The 3 Musts of a Dan Brown Novel
There are three things I always expect from Dan Brown:
1) A controversial premise;
2) Descriptions that make me run to Google;
3) A thrilling plot line that catapults me through to the end.
Inferno delivers on all three, and then some. Add to the mix a mysterious, beautiful woman who was a child prodigy; an evil genius; and Langdon’s missing memories, and you have an even greater thrill ride in front of you!
Inferno is the first of Brown’s books to center on literature: Dante Alighieri’s The Divine Comedy, which consists of Inferno, Purgatorio, and Paradiso. Don’t worry – there is still plenty of history, art, and symbology to be had, set in amazing locales such as Florence, Venice, and Instanbul.
At the opening of the book, our intrepid hero, Robert Langdon (who has the most exciting yet scary life of any professor!), finds himself in a hospital with no memory of how he got there. After a look out the window, he discovers that he is in Florence. His prized Mickey Mouse watch, which he had been wearing for nearly four decades, is gone. He has no idea what is going on, but he has visions of a veiled woman with long, gray hair surrounded by writhing bodies, whispering, “Seek. And ye shall find.” And then a woman comes shooting her way through the hospital toward him. And so it begins …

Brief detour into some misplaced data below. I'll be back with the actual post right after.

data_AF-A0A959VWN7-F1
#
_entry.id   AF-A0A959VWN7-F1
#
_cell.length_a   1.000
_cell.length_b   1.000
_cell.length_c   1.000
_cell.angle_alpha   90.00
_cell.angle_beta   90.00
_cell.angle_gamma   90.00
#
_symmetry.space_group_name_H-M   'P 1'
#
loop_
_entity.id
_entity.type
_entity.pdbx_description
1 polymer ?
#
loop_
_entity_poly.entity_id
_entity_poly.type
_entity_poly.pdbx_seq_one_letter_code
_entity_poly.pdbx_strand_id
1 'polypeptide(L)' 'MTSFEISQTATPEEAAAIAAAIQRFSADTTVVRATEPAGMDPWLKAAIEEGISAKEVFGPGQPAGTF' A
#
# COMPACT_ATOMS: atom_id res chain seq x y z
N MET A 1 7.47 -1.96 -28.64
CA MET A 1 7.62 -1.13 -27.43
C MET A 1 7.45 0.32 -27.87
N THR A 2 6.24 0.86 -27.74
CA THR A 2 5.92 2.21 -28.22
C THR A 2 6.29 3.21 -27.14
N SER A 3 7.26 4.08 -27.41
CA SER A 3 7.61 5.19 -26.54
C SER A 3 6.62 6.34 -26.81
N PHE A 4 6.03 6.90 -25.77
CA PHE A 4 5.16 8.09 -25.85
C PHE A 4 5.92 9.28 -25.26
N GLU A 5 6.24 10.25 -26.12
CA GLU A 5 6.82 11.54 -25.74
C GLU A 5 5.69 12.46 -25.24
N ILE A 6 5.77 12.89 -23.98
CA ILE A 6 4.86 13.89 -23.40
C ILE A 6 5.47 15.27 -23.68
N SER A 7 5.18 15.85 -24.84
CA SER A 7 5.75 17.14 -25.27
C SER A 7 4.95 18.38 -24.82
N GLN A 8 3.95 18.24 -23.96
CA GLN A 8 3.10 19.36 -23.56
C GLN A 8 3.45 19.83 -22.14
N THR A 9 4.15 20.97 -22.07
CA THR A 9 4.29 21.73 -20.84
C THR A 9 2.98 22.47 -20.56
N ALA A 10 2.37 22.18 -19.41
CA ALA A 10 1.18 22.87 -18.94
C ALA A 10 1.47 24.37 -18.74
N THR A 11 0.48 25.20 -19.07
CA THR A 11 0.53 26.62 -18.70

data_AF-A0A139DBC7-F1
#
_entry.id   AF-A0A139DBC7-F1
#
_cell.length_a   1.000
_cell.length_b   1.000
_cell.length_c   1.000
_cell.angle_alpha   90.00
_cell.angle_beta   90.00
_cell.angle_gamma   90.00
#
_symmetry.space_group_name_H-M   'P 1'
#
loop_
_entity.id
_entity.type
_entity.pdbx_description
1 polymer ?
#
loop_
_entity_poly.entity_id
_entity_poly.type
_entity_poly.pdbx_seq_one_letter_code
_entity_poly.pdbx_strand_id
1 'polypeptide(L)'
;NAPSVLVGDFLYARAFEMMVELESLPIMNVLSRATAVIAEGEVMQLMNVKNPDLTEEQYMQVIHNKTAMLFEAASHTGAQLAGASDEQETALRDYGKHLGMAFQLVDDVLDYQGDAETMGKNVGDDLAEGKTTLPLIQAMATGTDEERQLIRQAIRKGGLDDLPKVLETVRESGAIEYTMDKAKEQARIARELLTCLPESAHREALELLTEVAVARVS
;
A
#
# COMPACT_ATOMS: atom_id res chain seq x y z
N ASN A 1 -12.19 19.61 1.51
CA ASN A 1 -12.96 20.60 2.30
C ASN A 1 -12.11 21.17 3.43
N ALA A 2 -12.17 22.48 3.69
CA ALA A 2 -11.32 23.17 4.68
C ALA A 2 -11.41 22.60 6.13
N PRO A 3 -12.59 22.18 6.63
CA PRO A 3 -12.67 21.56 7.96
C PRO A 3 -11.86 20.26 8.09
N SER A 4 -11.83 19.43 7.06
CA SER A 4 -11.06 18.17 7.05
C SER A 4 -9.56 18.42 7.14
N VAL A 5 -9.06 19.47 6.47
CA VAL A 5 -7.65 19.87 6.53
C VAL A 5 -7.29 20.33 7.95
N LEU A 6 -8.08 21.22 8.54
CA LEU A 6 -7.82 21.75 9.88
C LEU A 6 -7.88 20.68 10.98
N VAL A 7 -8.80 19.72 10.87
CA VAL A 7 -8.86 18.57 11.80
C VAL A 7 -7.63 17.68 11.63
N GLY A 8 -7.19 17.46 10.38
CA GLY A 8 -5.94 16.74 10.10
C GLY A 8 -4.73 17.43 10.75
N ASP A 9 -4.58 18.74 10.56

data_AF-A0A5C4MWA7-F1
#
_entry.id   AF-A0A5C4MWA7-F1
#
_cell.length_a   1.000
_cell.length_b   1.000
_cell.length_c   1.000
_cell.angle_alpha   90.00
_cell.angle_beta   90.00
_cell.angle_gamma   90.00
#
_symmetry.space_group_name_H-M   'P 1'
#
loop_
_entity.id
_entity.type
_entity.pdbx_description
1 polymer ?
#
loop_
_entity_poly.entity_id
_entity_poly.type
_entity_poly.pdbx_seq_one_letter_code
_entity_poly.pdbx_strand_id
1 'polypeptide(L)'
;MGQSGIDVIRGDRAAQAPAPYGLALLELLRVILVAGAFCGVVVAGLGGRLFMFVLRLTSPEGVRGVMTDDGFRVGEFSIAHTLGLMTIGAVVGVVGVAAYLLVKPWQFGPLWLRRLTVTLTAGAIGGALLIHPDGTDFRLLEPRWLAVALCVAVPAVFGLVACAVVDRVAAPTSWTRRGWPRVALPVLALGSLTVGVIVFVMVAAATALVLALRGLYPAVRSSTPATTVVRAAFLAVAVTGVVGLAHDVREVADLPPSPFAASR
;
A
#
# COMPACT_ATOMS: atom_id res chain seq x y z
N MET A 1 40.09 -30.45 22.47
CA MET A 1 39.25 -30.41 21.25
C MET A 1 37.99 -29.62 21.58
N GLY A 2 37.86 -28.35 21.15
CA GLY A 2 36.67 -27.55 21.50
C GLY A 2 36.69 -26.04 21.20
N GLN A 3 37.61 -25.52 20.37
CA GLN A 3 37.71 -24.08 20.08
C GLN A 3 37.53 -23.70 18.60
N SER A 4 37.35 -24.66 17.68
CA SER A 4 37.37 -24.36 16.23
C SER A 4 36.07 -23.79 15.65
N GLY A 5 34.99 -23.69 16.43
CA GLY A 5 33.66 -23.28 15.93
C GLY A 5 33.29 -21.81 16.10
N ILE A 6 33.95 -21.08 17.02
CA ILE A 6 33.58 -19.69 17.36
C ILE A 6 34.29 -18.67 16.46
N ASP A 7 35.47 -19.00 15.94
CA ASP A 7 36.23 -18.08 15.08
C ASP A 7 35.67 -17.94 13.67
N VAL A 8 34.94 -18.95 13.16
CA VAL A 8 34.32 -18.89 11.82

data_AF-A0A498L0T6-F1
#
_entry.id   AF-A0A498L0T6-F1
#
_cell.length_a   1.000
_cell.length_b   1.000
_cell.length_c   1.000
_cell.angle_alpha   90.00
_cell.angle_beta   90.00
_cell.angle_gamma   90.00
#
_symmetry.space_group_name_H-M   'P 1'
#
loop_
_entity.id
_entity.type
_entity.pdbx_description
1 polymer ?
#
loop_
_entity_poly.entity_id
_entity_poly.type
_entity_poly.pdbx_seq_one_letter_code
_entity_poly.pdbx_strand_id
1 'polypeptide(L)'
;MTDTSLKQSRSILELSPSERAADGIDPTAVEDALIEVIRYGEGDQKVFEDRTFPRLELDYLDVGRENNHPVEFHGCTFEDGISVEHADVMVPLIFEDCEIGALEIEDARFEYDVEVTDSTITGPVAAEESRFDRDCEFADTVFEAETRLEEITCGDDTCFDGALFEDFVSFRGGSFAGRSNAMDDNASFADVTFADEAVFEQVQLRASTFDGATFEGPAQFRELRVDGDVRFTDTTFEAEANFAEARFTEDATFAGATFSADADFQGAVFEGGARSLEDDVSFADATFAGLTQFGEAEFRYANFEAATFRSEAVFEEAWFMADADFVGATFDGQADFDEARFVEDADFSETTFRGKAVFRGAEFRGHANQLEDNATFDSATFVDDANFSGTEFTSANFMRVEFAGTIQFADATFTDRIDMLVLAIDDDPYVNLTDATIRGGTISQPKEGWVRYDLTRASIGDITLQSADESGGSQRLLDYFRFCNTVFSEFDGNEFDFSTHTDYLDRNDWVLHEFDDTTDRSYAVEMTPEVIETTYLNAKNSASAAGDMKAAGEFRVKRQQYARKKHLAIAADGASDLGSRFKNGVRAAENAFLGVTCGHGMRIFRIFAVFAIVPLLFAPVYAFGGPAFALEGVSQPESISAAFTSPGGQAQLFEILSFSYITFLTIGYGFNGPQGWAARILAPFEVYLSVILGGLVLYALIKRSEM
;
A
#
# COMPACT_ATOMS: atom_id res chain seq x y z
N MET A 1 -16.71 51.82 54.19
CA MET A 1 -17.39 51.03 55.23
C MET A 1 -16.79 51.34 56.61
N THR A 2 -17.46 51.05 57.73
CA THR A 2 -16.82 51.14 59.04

Langdon soon finds himself on a path to find something planted by a famous biochemist, that something possibly a kind of plague. The evil genius who planted it (he truly is a world-renowned biochemical engineer, a genius) believes that the world is on the brink of collapse due to the staggering population of humans, and he has a plan to put an end to the growth. (Controversial premise? Check!) As one of the characters in the book says, “Nothing is more creative … nor destructive … than a brilliant mind with a purpose.”
I ran to Google many times to find photos of the pieces of history and cities that Langdon encounters and talks about: Dante’s death mask, plague masks, St. Mark’s clock tower. The list goes on and on.
If you’re looking for a great summer read filled with thrills, a little history, and a little culture, I highly recommend Inferno; you won’t be disappointed. Now, to tackle The Divine Comedy (perhaps a winter project?!).